Both of these images are computer model plots projecting the path of Hurricane Ike. The one on the left was from Sunday afternoon's run. Notice how most of the models have Ike moving towards either the upper Texas coast or the southern Louisiana coast.
This evening, notice how many of the same models have shifted their track further towards the south, taking it towards the lower to middle Texas coastline.
For instance, look at the blue line from day 1. This is one of the reliable models that the National Hurricane Center uses in predicting the paths of tropical systems. On Sunday, this blue line (GFDL Model) takes Ike into Morgan City, Louisiana, similar to what Gustav did. Notice this evening in later model runs how the blue line now takes Ike into the central Texas coast, near Corpus Christi.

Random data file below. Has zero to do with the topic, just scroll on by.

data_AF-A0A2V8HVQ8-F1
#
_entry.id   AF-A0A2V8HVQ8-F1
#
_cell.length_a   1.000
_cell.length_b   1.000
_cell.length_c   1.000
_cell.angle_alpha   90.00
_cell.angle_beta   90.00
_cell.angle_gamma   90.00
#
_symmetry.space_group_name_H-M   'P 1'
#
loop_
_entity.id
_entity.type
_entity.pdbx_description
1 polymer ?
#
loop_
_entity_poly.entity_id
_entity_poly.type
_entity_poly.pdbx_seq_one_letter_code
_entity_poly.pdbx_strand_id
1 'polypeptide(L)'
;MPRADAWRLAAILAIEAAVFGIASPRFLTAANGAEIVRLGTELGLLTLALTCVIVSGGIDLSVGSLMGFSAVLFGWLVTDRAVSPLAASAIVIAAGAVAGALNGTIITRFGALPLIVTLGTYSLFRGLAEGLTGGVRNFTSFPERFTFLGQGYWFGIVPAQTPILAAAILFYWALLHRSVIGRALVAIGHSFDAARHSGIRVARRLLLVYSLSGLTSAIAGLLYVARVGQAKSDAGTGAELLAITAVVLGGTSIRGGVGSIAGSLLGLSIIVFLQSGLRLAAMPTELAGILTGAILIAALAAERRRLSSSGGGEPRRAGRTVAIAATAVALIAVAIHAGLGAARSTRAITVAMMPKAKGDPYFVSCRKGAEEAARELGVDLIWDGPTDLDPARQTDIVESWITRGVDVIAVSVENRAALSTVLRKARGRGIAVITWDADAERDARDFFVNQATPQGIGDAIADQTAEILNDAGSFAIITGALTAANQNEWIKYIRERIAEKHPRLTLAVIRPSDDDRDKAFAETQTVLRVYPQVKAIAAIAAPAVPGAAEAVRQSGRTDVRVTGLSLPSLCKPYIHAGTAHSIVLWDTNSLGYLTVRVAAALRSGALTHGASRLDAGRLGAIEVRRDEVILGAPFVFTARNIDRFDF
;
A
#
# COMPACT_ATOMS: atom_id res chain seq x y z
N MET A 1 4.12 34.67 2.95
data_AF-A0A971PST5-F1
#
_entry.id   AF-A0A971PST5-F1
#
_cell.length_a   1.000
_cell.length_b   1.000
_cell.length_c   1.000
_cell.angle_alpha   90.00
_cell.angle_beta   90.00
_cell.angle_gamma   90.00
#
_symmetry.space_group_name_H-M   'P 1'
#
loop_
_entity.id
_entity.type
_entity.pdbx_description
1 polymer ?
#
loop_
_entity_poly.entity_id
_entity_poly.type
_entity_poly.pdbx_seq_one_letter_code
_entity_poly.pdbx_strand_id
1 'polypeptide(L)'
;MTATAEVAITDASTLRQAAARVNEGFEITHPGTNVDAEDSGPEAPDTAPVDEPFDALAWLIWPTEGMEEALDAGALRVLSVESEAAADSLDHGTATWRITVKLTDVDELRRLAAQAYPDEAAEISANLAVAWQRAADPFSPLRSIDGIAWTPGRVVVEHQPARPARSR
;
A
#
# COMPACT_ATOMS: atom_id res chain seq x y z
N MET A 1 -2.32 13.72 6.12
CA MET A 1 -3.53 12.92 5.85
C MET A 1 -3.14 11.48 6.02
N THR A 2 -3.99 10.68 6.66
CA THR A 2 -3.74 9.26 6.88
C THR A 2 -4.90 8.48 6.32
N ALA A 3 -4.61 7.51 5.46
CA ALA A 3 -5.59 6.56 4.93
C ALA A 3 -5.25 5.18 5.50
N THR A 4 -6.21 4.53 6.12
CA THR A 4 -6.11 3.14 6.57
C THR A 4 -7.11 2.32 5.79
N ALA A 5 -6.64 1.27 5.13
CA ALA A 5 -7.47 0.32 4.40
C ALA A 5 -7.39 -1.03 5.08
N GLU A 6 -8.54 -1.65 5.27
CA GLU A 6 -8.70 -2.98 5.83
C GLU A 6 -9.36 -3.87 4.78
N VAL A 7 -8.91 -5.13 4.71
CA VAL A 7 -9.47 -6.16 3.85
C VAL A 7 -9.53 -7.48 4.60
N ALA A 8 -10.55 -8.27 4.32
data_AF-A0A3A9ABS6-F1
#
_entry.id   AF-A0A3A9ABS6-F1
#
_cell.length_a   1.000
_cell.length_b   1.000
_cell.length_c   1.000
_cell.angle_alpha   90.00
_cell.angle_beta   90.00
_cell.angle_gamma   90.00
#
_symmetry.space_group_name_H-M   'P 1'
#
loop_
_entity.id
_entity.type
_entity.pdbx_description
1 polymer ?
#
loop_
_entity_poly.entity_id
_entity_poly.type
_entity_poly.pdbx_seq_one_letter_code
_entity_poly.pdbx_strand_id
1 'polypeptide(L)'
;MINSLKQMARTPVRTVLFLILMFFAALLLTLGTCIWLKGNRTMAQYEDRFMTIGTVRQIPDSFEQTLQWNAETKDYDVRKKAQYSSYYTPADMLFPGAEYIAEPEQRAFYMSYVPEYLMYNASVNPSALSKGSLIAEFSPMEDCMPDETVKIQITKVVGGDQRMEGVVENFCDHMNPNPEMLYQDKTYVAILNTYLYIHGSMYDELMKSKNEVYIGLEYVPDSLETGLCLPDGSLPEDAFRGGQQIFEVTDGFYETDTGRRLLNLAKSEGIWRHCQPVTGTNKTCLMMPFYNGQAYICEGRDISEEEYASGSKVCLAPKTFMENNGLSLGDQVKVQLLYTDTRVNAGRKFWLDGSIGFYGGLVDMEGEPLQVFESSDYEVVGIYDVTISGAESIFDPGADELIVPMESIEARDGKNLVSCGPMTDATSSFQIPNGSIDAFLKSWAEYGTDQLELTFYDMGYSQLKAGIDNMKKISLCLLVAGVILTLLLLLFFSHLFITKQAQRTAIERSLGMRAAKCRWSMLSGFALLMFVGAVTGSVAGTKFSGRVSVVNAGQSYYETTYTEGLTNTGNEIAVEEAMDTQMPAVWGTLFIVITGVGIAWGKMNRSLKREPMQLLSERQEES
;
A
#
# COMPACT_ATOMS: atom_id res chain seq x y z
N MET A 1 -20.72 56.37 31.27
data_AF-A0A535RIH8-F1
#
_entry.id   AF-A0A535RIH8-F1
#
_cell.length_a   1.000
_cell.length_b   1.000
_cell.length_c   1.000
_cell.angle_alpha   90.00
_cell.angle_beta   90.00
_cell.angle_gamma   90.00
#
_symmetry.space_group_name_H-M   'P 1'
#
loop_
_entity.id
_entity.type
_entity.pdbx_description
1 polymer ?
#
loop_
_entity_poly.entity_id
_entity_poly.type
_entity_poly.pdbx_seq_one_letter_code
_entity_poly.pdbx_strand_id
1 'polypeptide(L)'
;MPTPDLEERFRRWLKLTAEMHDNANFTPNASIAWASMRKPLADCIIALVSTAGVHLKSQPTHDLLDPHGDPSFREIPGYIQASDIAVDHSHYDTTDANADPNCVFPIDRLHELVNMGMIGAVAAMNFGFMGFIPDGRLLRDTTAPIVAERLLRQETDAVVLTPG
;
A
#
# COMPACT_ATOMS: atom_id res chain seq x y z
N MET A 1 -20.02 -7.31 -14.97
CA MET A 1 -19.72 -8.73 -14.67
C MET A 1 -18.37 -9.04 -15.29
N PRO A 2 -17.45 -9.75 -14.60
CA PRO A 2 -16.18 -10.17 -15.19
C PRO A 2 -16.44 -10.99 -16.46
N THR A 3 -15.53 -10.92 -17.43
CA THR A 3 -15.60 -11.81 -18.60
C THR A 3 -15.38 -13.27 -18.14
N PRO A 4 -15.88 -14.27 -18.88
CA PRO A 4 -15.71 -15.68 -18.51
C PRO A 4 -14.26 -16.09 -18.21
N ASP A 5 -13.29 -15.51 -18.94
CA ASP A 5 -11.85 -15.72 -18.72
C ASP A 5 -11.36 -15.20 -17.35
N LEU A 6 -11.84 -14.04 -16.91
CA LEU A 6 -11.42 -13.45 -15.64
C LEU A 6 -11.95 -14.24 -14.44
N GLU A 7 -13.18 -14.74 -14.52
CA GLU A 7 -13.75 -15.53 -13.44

This is a sign that the models are having a difficult time picking up on Ike and the steering currents coming into play that will ultimately dictate where the storm will head.
So what does the shift in the different forecast models mean? To be frank, not much. However, I like to look at trends. If the models tomorrow and again on Wednesday stay rather consistent, then you might be able to put some more trust in these models.
At this time, that does not mean that the upper Texas coast is spared. After all, the models tomorrow could revert back to what they showed Sunday, which would put East Texas in a risk area. Only time and consistency in the models will tell where Ike may be headed by this weekend.